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Theo Jansen’s Strandbeest at NTSEC

Submitted by on December 6, 2011 – 4:05 pm 2 Comments


When I went to the Silk Road exhibit the other day, I noticed that the NTSEC (National Taiwan Science Education Center) was also hosting an exhibit by Theo Jansen, the Dutch artist and kinetic sculptor. Theo Jansen constructs what he calls Strandbeest. These are large constructions made out of bamboo, tubing, and plastic, which are designed to walk on their own using wind power.

Theo Jansen Exhibit Brochure

It’s a lot of fun to see them in action, and you can see them on YouTube and on the official Strandbeest website. It’s a lot less fun to see them sitting stationary in a room, but it was still kind of interesting. Tickets are on the pricey side at NT$220 (plus NT$100 for the audio guide). There is also next to no information in English at the exhibit. Unlike the Silk Road exhibit, which has both Chinese and English signs, the Theo Jansen exhibit is all in Chinese. There are many guides there, however, and they would be more than glad to show you around and tell you everything you need to know in English. I got the impression these guides were volunteers, but I can’t be sure about that.

Hands-on Strandbeest

There were perhaps 15 full-size Strandbeest on display, as well as many smaller exhibits demonstrating the exact mechanics of how the Strandbeest move and walk. There were two installations where you could mechanically turn a handle and set some of the example legs in motion. I don’t know if the stiffness of these samples is any indication of how hard it is for the Strandbeest to walk, but if so, then it’s no surprise that we don’t see these creatures wandering freely all over the world on their own just yet. In the videos I’ve seen, Theo Jansen has to constantly monitor and adjust his creations to set them in motion and keep them in motion.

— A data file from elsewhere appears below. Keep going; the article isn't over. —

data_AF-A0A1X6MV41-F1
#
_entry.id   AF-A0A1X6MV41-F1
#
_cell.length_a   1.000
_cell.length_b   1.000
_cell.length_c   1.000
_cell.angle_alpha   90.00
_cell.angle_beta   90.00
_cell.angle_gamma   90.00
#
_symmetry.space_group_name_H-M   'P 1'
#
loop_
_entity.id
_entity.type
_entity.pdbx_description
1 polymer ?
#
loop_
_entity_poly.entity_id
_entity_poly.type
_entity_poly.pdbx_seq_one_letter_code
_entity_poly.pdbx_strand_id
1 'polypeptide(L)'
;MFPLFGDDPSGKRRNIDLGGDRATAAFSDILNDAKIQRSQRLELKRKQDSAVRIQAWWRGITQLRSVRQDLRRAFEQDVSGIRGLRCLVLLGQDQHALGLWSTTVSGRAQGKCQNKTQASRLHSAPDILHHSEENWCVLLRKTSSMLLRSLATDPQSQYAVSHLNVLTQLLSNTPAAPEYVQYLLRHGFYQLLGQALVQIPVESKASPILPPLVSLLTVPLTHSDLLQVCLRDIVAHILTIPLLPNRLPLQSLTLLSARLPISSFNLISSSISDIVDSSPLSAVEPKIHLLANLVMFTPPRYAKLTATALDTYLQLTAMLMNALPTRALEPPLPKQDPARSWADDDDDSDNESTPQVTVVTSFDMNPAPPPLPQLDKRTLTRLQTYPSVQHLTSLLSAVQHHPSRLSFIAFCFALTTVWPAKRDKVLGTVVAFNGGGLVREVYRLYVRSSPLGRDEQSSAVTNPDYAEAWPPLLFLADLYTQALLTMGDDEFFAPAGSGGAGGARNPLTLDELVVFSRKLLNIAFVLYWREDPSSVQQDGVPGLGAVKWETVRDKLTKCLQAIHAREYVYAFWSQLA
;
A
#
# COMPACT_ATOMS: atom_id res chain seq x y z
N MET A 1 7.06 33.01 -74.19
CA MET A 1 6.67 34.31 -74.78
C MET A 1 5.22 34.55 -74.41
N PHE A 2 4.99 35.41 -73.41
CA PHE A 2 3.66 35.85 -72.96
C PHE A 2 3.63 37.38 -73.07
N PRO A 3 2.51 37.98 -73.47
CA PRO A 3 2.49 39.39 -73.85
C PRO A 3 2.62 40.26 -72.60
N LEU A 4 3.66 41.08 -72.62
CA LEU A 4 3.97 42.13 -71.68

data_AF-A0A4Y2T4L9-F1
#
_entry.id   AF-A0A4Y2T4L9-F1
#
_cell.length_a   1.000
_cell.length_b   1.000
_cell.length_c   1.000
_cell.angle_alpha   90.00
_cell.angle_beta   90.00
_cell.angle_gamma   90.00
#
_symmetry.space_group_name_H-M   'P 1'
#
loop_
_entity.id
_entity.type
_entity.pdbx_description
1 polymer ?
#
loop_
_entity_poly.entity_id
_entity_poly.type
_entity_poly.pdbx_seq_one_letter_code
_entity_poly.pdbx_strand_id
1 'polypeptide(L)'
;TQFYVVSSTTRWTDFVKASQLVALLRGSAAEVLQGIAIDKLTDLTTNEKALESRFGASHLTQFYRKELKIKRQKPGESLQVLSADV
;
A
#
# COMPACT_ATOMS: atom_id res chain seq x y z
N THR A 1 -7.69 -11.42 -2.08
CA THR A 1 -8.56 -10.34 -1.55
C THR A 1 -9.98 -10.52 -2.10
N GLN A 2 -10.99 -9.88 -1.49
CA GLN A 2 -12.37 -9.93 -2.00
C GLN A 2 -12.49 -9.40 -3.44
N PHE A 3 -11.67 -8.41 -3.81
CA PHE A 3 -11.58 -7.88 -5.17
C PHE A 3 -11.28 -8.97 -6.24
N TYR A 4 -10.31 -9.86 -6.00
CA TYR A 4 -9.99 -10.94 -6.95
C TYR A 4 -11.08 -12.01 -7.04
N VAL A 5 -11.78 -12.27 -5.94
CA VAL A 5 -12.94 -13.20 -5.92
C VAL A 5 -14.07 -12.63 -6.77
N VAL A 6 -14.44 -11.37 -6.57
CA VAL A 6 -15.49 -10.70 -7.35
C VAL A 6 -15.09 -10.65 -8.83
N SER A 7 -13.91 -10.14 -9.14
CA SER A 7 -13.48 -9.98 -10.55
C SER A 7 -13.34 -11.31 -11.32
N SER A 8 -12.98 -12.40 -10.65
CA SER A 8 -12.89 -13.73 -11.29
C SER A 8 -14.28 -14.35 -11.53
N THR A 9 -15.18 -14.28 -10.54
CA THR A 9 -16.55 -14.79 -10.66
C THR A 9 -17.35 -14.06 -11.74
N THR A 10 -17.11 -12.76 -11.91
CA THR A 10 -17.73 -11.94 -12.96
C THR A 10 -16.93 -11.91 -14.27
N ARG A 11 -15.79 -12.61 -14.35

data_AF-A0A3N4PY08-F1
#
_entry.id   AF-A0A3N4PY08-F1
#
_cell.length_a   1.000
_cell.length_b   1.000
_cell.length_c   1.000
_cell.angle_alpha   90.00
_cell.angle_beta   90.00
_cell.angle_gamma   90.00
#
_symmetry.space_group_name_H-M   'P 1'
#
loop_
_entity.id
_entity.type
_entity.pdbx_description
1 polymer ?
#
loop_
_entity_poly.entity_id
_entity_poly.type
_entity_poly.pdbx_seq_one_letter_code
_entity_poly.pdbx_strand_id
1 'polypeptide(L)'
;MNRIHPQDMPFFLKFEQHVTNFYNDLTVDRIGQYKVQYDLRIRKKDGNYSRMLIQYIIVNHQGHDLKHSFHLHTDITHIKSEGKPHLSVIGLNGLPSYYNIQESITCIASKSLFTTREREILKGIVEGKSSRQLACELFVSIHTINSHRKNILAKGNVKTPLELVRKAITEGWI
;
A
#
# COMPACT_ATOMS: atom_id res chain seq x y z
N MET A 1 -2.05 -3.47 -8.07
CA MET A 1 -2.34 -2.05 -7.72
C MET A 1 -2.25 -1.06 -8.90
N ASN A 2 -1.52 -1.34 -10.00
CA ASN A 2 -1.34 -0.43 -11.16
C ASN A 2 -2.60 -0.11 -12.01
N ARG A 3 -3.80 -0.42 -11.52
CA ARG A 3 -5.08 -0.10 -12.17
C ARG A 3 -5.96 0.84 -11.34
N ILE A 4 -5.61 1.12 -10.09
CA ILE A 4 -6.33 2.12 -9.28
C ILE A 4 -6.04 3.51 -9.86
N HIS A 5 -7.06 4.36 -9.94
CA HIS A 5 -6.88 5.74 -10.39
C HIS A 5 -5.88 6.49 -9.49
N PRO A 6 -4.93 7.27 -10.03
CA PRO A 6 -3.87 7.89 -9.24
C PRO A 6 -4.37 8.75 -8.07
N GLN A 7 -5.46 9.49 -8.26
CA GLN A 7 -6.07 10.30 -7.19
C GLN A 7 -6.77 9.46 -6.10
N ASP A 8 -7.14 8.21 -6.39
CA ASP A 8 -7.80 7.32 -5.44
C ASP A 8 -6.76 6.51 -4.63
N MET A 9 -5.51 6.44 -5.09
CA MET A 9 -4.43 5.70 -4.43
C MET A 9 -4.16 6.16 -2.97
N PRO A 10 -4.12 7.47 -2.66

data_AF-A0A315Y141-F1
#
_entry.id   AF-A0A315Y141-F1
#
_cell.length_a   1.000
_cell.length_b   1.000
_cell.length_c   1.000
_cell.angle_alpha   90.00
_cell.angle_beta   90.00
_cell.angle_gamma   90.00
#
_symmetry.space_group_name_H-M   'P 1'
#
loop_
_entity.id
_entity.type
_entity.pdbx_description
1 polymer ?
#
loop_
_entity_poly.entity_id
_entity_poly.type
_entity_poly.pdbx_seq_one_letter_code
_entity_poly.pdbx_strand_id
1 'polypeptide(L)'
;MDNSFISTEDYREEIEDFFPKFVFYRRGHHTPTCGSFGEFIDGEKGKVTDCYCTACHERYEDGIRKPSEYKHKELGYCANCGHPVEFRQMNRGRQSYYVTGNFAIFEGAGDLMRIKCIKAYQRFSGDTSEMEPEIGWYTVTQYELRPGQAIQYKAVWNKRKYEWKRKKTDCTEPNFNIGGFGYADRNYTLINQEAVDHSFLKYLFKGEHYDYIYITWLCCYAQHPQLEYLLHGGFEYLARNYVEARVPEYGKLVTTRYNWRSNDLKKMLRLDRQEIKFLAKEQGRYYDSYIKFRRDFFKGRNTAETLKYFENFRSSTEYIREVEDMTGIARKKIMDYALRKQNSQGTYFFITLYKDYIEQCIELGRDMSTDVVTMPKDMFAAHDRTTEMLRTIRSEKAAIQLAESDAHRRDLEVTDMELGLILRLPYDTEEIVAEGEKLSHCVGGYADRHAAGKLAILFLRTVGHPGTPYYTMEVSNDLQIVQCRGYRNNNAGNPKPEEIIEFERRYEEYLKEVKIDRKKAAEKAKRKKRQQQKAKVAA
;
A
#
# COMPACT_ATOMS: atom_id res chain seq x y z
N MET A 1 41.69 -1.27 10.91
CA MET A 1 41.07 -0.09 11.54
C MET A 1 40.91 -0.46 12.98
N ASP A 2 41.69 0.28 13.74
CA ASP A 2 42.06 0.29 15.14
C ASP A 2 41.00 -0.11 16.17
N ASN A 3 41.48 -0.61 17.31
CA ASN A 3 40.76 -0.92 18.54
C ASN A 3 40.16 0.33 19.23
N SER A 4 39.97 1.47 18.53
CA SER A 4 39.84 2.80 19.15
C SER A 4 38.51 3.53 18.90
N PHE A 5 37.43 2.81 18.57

Strandbeest Two

Some of the Strandbeest there were clearly old warriors from the beaches of Holland. They looked old and weather-beaten, as if Jansen had put them through their paces many times and had now given them an honorable retirement in the travelling exhibit. There was a video monitor in front of most of the exhibits, but I was disappointed at what they showed. I saw very little of the Strandbeest walking about. You can see much better footage on the website and on YouTube.

Strandbeest Three

Several times a day, there is some kind of show inside a temporary theater. Unfortunately, I was there between shows and didn’t have enough time to wait around for the next one. I think if you spring for the relatively hefty entrance fee to see this exhibit, you should try to take in the show. It will at least give you a bit more value for your money. Without that show, to be honest, I don’t think it was really worth it. One can get a good appreciation of the Strandbeest (maybe even a better one) just from watching the videos online.

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  • Treva says:

    I really love watching the Strandbeests in motion. They’re hypnotic. And it’s interesting that you found them to be very stiff. In the videos, they look so graceful, even the huge elephant one that looks to be made from cardboard. Then again, in all of the videos there is a VERY stiff breeze, which might go a long way to explain their elegant glide across the sand. Maybe if you got everyone in the room to fan their hands at it really fast… 🙂

    • Doug Nienhuis says:

      I agree: they look amazing in the videos. I wish there had been more video footage of them at this exhibit. There was some, but not nearly enough. I think my disappointment in the exhibit came from the strong contrast between my memory of how fluid the Strandbeest were in the videos and how they looked just sitting there all lit up with blue lights. I wanted them to move. I’m guessing that there was a lot more video and maybe even some kind of a demonstration in the show. Too bad I missed it.

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